oxidative response. siderophore production. it is possible that luminescence is linked to these other traits. and linking light to other necessary trait would mechanistically prevent cheaters from arising. other traits could also directly affect the symbiosis relationship. fischeri (10). evaluate luminescence of various Vibrio fischeri mutants. or hemocyte binding. fischeri mutants and other bacterial species than they do to wild-type V. the linkage could be the factor that makes both luminescence and the associated trait essential to V. I think your prior description of the defect of lux mutants is necessary here. Because of this. necessary for survival linked to the lux gene expression or bioluminescence that to promotes symbiosis. fischeri colonization. scolopes. So you need to talk about cheaters. Hypothesis: While luminescence is essential for colonization. there are other traits. such as metabolism. And then you can say the defect is either due directly to bioluminescence because it enhances fitness/survival directly. While luminescence is necessary for V. To verify this idea. fischeri colonization of E. Y then need to go into the idea of how selection ma lead to this evolution (recall we discussed the difference between population pressure and squi pressure.2 bind better to V. various V. discriminating between symbionts and other bacteria. Objectives: To identify mutations that influence luminescence To identify other traits associated with those mutation To develop and test specific hypotheses about how traits linked to light production influence decreased survival of LuxA mutants in squid. fischeri mutants could be studied using luminescence and molecular techniques to identify linkage. or some other attribute i linked to light production that promotes fitness. Furthermore. . Methods: Location: Rudman Hall room 222 Comment [CW1]: There is really no explanati here for why other traits would be linked to luminescence.
Figure 2. luxI. .3 9. bacteria secrete autoinducers which instigate activation of lux gene in V. fischeri population in wild-type colonization after 48 hours. Black bars represent the population after 24 hours and striped bars represent the population after 48 hours. luxA. a) In quorum sensing. b) Larger population would have stronger luminescence (13). and luxR . fischeri. dropped in population significantly after 48 hours (2). all of which are dark mutants. There is no significant drop in V. Appendices Figure 1.
the expelled bacteria are used to colonize new bacteria. This process is done for 15 squid (4) . luciferase only partially reduces oxygen to O2. Procedure for evolution of mutants. Figure 4.4 Figure 3. Hatchling squid are colonized with bacteria and then each day they expel 95% of the bacteria and re-grow the population. Without aldehyde. With aldehyde.and does not generate light (12). luciferase enzyme reduces oxygen and produces light. After 4 days.
5. 2009. Microbiol. K. Photobiol. 2: 632-642 4. Tu. J. 2008. Journal Of Applied Microbiology 103: 2065-2073. Photochem.S. McFall-Ngai. L. 1998. 187:3603-3606. The periplamic group III catalase of Vibrio fischeri is required for normal symbiotic competence and is induced both by oxidative stress and by approach to stationary phase. 3. The Winnowing: establishing the squid–vibrio symbiosis. Bacteriol. Nyholm. identification and isolation as a dominant community member in the rumen of cattle fed a barley diet. J. J. S. . Sci. and E. and E. 1998. L. 95:1818-1822. 2004. 5:522-526 2. Proc. Ouwerkerk. Ruminococcus bromii. Activity coupling and complex formation between bacterial luciferase and flavin reduction. Bacteriol. Layers of Signaling in a Bacterium-Host Association. Nat.. K. 2000. Microbe. Cell Host &. Ruby. Visick. G. Acad. Klieve A. and M. L. M. Importance of Glycans to the Host-Bacteroides Mutualism in the Mammalian Intestine. Graf. McMillen. 2007. O’Leary . 37:168-179. Host-derived amino acids support the proliferation of symbiotic bacteria.5 Bibliography Vibrio fischeri lux Genes Play an Important Role in Colonization and Development of the Host Light Organ 1. Sci. U. 8. L. 2005. Comstock. 180:2087-2092. G. Novel effects of a transposon insertion in the Vibrio fischeri glnD gene: defects in iron uptake and symbiotic persistence in addition to nitrogen utilization. Mol. G. S. Graf. 6. J. and D. Visick. Ruby. 7. Ruby. and E.E.A.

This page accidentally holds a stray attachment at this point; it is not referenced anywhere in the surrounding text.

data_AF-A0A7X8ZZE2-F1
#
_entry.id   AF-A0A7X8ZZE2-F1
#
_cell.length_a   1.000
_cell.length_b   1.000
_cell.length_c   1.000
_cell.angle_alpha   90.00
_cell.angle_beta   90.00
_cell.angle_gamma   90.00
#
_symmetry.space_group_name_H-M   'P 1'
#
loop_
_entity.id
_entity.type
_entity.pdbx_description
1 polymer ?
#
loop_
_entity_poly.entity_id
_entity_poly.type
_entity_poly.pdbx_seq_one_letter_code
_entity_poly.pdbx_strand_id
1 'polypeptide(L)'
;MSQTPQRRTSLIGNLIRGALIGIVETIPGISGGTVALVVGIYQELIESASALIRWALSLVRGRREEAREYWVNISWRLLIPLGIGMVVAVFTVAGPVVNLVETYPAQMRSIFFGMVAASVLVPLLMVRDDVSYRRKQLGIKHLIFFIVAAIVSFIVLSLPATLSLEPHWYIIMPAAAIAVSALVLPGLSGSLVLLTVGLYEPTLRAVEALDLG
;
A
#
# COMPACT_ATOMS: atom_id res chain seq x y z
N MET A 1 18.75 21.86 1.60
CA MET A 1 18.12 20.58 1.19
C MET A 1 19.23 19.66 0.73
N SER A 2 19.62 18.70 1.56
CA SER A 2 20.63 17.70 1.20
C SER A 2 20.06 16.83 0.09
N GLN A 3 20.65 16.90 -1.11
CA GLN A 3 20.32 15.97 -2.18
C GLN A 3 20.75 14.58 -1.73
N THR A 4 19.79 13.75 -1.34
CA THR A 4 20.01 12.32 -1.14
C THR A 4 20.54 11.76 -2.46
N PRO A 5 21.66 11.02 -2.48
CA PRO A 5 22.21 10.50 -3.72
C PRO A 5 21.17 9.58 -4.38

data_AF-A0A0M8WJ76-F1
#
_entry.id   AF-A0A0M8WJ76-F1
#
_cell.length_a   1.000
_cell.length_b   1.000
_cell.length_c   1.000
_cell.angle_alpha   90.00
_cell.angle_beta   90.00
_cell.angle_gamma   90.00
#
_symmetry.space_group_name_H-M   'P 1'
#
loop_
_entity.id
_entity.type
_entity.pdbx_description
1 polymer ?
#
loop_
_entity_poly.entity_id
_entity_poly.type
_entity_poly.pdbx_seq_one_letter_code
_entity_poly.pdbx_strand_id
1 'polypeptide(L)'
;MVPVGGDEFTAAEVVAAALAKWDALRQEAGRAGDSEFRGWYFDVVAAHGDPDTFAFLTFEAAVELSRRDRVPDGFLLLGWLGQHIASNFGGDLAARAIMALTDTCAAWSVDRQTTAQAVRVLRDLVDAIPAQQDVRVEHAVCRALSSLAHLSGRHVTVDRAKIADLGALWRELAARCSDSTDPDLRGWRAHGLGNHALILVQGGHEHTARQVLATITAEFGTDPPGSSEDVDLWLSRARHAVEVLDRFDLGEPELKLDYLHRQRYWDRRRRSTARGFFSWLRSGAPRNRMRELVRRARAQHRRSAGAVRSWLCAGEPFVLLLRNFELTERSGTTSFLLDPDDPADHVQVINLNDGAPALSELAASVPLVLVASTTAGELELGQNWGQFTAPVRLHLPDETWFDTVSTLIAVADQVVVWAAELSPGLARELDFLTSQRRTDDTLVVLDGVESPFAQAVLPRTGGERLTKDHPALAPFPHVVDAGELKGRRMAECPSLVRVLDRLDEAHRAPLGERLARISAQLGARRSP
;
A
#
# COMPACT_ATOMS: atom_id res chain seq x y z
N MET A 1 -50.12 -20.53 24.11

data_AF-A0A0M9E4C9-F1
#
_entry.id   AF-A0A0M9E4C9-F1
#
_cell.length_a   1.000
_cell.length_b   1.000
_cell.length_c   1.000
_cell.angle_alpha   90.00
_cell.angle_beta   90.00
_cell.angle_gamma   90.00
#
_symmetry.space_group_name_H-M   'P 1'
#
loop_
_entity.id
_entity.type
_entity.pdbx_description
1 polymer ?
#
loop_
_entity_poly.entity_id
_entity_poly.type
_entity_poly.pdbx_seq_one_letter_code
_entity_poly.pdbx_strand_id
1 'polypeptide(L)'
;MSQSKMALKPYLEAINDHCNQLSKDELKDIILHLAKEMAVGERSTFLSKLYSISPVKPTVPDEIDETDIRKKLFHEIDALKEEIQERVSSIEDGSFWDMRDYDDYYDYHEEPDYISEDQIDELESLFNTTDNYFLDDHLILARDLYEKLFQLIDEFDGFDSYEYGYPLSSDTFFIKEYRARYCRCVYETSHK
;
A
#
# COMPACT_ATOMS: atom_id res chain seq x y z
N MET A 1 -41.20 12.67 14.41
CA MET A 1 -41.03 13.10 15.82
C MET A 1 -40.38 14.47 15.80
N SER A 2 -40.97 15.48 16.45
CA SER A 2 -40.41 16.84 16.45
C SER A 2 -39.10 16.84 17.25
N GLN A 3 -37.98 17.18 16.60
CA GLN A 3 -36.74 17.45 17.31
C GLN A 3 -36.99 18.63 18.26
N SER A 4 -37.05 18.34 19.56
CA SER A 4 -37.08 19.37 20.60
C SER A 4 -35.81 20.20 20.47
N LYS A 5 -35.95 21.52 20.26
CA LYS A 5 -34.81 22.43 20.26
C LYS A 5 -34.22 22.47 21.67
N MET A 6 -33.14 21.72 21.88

J Bacteriol. J. 10:414-20.D. 12. Nature Reviews Microbiology. Bacteriol. McFall-Ngai. 1999. 11:483-493. 2004. Heterogeneous Response to a Quorum-Sensing Signal in the Luminescence of Individual Vibrio fischeri.. B. 11. J. Ruby. Perry. D. E. M.. Vibrio fischeri Flagellin A Is Essential for Normal Motility and for Symbiotic Competence during Initial Squid Light Organ Colonization. and E. 2010. Doino. Nyholm. 2000. Hagen.A. K. McFall-Ngai. Ruby. G.J. P. Schuster. M. 186:4315-4325. L. J.L. Whistler. Visick. and E. Millikan. . Ruby. Perez. McFall-Ngai. Environmental Microbiology. Oxygen-utilizing reactions and symbiotic colonization of the squid light organ by Vibrio fischeri. 15. 2:632-642. 10. 14. S. Cooper. G. 13. and M. Vibrio fischeri lux Genes Play an Important Role in Colonization and Development of the Host Light Organ. Ruby.S. E.G. 2009. and S. 182: 4578-4586. Breaking the language barrier: and experimental evolution of non-native Vibrio fischeri in squid tailors luminescence to the host. and C. Recognition between symbiotic Vibrio fischeri and the haemocytes of Euprymna scolopes. Microbiol.6 9. 2004. J. Symbiosis. Stabb E. S.. Trends. V. Personal Communication. J.A. Stewart. Foster.
This action might not be possible to undo. Are you sure you want to continue?
We've moved you to where you read on your other device.
Get the full title to continue reading from where you left off, or restart the preview.